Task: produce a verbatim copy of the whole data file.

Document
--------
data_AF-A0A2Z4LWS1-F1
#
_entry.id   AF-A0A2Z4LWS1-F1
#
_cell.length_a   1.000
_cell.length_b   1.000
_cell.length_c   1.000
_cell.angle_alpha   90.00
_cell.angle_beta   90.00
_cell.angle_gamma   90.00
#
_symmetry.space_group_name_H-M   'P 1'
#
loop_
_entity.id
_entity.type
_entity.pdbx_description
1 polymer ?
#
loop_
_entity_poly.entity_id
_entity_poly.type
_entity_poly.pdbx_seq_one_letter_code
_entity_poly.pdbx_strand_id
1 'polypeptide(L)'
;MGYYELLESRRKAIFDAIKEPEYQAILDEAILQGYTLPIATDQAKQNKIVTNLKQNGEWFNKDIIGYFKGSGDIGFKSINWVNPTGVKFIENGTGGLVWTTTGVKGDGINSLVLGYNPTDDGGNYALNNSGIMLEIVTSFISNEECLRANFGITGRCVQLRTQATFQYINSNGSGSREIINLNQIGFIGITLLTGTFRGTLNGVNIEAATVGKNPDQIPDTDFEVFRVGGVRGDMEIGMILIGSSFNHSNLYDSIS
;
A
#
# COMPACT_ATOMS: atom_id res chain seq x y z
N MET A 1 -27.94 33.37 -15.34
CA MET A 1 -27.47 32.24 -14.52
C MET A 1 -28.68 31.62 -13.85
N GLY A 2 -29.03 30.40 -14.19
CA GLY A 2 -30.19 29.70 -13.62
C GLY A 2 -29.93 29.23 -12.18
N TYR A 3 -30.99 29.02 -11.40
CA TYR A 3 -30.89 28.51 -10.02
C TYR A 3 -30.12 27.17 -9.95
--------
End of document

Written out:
data_AF-A0A2Z4LWS1-F1
#
_entry.id   AF-A0A2Z4LWS1-F1
#
_cell.length_a   1.000
_cell.length_b   1.000
_cell.length_c   1.000
_cell.angle_alpha   90.00
_cell.angle_beta   90.00
_cell.angle_gamma   90.00
#
_symmetry.space_group_name_H-M   'P 1'
#
loop_
_entity.id
_entity.type
_entity.pdbx_description
1 polymer ?
#
loop_
_entity_poly.entity_id
_entity_poly.type
_entity_poly.pdbx_seq_one_letter_code
_entity_poly.pdbx_strand_id
1 'polypeptide(L)'
;MGYYELLESRRKAIFDAIKEPEYQAILDEAILQGYTLPIATDQAKQNKIVTNLKQNGEWFNKDIIGYFKGSGDIGFKSINWVNPTGVKFIENGTGGLVWTTTGVKGDGINSLVLGYNPTDDGGNYALNNSGIMLEIVTSFISNEECLRANFGITGRCVQLRTQATFQYINSNGSGSREIINLNQIGFIGITLLTGTFRGTLNGVNIEAATVGKNPDQIPDTDFEVFRVGGVRGDMEIGMILIGSSFNHSNLYDSIS
;
A
#
# COMPACT_ATOMS: atom_id res chain seq x y z
N MET A 1 -27.94 33.37 -15.34
CA MET A 1 -27.47 32.24 -14.52
C MET A 1 -28.68 31.62 -13.85
N GLY A 2 -29.03 30.40 -14.19
CA GLY A 2 -30.19 29.70 -13.62
C GLY A 2 -29.93 29.23 -12.18
N TYR A 3 -30.99 29.02 -11.40
CA TYR A 3 -30.89 28.51 -10.02
C TYR A 3 -30.12 27.17 -9.95